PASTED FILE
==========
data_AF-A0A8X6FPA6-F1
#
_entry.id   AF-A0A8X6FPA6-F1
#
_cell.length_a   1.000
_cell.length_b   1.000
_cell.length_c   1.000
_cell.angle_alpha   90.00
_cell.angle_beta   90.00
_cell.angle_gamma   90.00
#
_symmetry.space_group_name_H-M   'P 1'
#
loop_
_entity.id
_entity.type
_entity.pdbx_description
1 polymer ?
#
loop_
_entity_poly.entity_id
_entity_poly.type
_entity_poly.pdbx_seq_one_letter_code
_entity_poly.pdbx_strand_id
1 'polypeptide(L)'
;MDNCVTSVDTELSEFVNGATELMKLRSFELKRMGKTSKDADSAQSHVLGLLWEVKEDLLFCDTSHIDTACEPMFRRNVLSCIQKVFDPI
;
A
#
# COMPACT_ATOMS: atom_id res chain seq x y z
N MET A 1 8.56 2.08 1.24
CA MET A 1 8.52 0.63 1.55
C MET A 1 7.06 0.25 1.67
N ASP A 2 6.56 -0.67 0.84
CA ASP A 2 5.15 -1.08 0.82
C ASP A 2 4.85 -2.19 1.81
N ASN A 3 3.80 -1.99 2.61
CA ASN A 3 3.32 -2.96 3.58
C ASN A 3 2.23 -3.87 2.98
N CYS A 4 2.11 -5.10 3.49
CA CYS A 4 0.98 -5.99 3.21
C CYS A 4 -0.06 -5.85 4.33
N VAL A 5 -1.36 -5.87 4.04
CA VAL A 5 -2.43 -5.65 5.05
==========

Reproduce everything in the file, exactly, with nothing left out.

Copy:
data_AF-A0A8X6FPA6-F1
#
_entry.id   AF-A0A8X6FPA6-F1
#
_cell.length_a   1.000
_cell.length_b   1.000
_cell.length_c   1.000
_cell.angle_alpha   90.00
_cell.angle_beta   90.00
_cell.angle_gamma   90.00
#
_symmetry.space_group_name_H-M   'P 1'
#
loop_
_entity.id
_entity.type
_entity.pdbx_description
1 polymer ?
#
loop_
_entity_poly.entity_id
_entity_poly.type
_entity_poly.pdbx_seq_one_letter_code
_entity_poly.pdbx_strand_id
1 'polypeptide(L)'
;MDNCVTSVDTELSEFVNGATELMKLRSFELKRMGKTSKDADSAQSHVLGLLWEVKEDLLFCDTSHIDTACEPMFRRNVLSCIQKVFDPI
;
A
#
# COMPACT_ATOMS: atom_id res chain seq x y z
N MET A 1 8.56 2.08 1.24
CA MET A 1 8.52 0.63 1.55
C MET A 1 7.06 0.25 1.67
N ASP A 2 6.56 -0.67 0.84
CA ASP A 2 5.15 -1.08 0.82
C ASP A 2 4.85 -2.19 1.81
N ASN A 3 3.80 -1.99 2.61
CA ASN A 3 3.32 -2.96 3.58
C ASN A 3 2.23 -3.87 2.98
N CYS A 4 2.11 -5.10 3.49
CA CYS A 4 0.98 -5.99 3.21
C CYS A 4 -0.06 -5.85 4.33
N VAL A 5 -1.36 -5.87 4.04
CA VAL A 5 -2.43 -5.65 5.05